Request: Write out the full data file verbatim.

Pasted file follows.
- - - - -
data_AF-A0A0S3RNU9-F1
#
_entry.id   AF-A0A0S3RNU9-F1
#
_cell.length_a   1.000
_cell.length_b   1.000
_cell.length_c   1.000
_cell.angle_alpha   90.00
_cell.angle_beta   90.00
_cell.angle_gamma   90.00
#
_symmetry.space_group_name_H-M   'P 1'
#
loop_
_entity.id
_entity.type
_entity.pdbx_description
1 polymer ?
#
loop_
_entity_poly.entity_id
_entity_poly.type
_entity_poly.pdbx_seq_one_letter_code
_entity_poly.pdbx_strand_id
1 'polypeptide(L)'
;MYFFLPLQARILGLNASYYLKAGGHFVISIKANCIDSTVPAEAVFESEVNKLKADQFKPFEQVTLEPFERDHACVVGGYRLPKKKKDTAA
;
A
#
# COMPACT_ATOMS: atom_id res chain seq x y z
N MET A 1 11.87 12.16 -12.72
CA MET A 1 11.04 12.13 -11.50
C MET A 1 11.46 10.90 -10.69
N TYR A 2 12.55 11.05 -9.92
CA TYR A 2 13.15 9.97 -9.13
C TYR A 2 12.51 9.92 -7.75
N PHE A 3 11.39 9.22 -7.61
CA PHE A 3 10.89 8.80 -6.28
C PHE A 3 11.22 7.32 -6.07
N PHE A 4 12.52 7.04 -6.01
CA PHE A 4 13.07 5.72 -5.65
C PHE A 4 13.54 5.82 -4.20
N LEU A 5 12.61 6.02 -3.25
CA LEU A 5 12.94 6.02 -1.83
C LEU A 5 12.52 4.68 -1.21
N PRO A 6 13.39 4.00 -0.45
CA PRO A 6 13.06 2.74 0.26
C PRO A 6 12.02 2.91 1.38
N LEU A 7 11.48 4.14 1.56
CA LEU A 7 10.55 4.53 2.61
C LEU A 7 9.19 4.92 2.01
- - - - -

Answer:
data_AF-A0A0S3RNU9-F1
#
_entry.id   AF-A0A0S3RNU9-F1
#
_cell.length_a   1.000
_cell.length_b   1.000
_cell.length_c   1.000
_cell.angle_alpha   90.00
_cell.angle_beta   90.00
_cell.angle_gamma   90.00
#
_symmetry.space_group_name_H-M   'P 1'
#
loop_
_entity.id
_entity.type
_entity.pdbx_description
1 polymer ?
#
loop_
_entity_poly.entity_id
_entity_poly.type
_entity_poly.pdbx_seq_one_letter_code
_entity_poly.pdbx_strand_id
1 'polypeptide(L)'
;MYFFLPLQARILGLNASYYLKAGGHFVISIKANCIDSTVPAEAVFESEVNKLKADQFKPFEQVTLEPFERDHACVVGGYRLPKKKKDTAA
;
A
#
# COMPACT_ATOMS: atom_id res chain seq x y z
N MET A 1 11.87 12.16 -12.72
CA MET A 1 11.04 12.13 -11.50
C MET A 1 11.46 10.90 -10.69
N TYR A 2 12.55 11.05 -9.92
CA TYR A 2 13.15 9.97 -9.13
C TYR A 2 12.51 9.92 -7.75
N PHE A 3 11.39 9.22 -7.61
CA PHE A 3 10.89 8.80 -6.28
C PHE A 3 11.22 7.32 -6.07
N PHE A 4 12.52 7.04 -6.01
CA PHE A 4 13.07 5.72 -5.65
C PHE A 4 13.54 5.82 -4.20
N LEU A 5 12.61 6.02 -3.25
CA LEU A 5 12.94 6.02 -1.83
C LEU A 5 12.52 4.68 -1.21
N PRO A 6 13.39 4.00 -0.45
CA PRO A 6 13.06 2.74 0.26
C PRO A 6 12.02 2.91 1.38
N LEU A 7 11.48 4.14 1.56
CA LEU A 7 10.55 4.53 2.61
C LEU A 7 9.19 4.92 2.01